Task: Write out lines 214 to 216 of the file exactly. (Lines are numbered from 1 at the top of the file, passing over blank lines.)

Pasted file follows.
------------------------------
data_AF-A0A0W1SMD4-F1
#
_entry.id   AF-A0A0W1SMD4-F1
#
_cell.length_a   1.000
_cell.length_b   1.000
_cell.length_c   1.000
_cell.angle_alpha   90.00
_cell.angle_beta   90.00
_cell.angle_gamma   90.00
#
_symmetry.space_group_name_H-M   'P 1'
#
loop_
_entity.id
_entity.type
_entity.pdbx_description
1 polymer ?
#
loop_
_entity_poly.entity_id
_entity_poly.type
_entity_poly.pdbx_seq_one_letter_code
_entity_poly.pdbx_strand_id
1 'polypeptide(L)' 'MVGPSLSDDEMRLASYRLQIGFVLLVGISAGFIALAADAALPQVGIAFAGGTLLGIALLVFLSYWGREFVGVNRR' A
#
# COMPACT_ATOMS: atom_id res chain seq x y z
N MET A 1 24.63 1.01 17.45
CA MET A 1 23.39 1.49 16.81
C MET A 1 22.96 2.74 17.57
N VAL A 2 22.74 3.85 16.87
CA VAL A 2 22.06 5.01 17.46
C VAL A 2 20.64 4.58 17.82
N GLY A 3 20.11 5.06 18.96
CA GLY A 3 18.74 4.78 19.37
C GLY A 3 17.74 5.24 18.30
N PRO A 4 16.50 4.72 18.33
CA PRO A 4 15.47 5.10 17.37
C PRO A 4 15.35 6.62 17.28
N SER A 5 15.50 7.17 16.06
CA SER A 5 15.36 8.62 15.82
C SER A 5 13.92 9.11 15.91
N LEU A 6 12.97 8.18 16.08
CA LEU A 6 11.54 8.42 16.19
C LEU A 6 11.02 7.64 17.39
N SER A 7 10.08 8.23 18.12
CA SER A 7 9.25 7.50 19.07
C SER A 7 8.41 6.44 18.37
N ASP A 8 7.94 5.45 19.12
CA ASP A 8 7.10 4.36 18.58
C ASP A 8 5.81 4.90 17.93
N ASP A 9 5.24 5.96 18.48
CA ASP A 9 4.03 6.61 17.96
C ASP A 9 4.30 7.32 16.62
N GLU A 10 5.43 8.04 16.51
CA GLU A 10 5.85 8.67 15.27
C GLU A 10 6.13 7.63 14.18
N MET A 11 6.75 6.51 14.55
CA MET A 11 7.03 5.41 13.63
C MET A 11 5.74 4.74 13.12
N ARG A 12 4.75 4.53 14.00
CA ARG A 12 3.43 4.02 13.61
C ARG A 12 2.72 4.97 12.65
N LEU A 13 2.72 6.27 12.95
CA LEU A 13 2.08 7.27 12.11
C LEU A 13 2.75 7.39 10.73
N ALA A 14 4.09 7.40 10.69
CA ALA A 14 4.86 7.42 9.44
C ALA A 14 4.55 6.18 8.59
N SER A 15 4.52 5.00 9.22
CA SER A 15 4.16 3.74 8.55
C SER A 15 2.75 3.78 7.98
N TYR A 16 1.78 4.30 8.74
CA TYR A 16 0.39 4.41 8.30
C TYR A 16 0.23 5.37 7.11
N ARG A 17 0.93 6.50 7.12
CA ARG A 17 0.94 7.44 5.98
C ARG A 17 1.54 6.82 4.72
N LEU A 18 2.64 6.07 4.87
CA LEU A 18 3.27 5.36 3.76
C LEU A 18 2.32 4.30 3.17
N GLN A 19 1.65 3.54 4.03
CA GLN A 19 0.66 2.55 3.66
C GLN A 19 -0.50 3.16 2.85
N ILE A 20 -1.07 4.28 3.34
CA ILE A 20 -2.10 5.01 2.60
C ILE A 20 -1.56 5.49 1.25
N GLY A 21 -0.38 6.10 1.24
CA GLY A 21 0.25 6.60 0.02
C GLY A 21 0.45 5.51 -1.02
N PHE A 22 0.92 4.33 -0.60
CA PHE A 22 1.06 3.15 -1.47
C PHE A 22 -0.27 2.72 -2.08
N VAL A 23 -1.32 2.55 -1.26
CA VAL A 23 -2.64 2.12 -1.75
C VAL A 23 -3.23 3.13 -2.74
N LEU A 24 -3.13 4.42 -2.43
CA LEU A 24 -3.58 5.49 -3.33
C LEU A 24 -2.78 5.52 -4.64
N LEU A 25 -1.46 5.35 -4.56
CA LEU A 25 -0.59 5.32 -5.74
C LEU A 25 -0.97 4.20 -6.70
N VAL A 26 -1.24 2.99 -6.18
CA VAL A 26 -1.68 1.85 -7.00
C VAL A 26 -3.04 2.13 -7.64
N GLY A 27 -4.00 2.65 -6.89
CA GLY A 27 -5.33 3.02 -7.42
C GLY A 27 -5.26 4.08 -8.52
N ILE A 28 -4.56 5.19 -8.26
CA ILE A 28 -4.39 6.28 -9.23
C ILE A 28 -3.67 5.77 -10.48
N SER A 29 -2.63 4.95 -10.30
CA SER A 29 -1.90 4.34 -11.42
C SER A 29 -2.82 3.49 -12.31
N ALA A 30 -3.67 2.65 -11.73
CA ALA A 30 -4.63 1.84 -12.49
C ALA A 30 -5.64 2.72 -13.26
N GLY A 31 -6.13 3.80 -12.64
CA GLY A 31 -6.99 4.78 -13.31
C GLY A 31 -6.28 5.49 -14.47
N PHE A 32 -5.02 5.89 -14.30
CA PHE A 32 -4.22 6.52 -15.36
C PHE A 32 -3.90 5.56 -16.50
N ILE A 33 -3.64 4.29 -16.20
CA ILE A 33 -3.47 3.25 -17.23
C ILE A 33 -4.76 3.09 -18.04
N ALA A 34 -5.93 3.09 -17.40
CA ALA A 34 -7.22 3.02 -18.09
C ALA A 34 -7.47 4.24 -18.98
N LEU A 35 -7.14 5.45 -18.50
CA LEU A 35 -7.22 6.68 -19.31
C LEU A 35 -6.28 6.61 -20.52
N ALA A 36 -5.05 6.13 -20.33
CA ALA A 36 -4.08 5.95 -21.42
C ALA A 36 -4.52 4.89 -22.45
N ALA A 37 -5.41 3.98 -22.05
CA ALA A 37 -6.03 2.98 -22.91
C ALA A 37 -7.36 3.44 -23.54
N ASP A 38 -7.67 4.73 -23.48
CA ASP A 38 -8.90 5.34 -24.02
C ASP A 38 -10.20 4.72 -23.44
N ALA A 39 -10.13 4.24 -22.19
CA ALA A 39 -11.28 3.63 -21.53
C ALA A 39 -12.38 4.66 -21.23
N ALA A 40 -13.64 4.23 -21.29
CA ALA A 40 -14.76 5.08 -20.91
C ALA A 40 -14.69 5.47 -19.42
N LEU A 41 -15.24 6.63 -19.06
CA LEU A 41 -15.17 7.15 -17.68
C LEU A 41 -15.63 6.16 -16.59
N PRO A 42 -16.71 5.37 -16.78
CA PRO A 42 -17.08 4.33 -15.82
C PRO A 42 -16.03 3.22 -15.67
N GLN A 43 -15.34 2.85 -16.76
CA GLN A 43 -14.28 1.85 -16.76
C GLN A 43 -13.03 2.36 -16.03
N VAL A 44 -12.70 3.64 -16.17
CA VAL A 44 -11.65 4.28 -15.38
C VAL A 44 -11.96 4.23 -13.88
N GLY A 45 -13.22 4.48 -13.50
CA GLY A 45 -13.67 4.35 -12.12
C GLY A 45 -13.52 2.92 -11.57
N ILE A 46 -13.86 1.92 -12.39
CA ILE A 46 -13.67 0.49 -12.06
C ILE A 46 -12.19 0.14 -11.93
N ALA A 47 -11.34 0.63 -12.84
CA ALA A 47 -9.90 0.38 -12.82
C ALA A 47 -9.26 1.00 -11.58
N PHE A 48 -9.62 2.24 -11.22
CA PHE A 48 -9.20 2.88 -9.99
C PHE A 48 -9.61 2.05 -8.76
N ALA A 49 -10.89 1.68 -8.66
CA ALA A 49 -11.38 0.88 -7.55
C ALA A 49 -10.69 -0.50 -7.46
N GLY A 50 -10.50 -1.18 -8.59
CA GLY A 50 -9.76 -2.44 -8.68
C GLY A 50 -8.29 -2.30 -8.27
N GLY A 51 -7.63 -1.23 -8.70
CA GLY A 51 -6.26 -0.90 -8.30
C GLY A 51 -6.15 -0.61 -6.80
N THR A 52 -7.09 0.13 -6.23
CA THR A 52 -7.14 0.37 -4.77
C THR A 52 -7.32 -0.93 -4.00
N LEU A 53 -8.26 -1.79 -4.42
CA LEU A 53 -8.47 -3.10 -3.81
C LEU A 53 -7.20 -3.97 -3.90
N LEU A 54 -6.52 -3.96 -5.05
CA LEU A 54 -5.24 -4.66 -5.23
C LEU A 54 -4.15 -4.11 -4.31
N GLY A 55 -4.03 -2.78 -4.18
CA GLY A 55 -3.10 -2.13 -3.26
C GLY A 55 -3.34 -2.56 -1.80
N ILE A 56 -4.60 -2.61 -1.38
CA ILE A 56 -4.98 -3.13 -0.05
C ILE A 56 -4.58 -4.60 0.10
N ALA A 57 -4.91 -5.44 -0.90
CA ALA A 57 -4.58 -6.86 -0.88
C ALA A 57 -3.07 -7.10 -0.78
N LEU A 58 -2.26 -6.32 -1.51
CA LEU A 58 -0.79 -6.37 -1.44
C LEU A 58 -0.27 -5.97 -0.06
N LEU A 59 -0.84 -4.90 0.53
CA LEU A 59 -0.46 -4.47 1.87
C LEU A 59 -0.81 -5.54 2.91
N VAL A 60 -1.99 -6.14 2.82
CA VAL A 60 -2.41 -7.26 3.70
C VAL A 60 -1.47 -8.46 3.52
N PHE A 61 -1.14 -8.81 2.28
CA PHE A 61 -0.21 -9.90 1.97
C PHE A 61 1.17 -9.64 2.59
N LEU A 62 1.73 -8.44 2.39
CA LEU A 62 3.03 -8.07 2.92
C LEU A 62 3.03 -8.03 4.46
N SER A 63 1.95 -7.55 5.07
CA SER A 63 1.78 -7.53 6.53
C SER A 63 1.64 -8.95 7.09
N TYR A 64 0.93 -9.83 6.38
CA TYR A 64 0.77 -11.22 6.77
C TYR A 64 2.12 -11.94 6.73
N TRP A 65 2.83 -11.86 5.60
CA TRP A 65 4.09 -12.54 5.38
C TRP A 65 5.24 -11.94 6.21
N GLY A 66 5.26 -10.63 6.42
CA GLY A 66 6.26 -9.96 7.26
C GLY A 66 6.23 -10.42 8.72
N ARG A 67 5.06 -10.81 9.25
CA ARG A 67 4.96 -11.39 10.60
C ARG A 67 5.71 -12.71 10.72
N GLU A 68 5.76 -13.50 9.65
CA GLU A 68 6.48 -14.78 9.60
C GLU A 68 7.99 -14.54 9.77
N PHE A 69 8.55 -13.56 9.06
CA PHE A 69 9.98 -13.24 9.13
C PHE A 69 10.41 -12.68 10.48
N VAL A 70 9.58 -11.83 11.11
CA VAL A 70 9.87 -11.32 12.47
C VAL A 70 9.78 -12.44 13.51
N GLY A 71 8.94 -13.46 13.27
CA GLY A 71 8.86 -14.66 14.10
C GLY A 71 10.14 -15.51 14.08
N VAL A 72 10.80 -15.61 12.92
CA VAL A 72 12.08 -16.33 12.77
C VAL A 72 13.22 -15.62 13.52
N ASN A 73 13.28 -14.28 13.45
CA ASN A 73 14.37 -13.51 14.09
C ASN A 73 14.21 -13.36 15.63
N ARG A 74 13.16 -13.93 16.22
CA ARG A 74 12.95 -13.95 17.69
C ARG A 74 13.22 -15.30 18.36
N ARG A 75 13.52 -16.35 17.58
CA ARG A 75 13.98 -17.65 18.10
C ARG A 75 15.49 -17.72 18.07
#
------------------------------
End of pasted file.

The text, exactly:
N SER A 63 1.95 -7.55 5.07
CA SER A 63 1.78 -7.53 6.53
C SER A 63 1.64 -8.95 7.09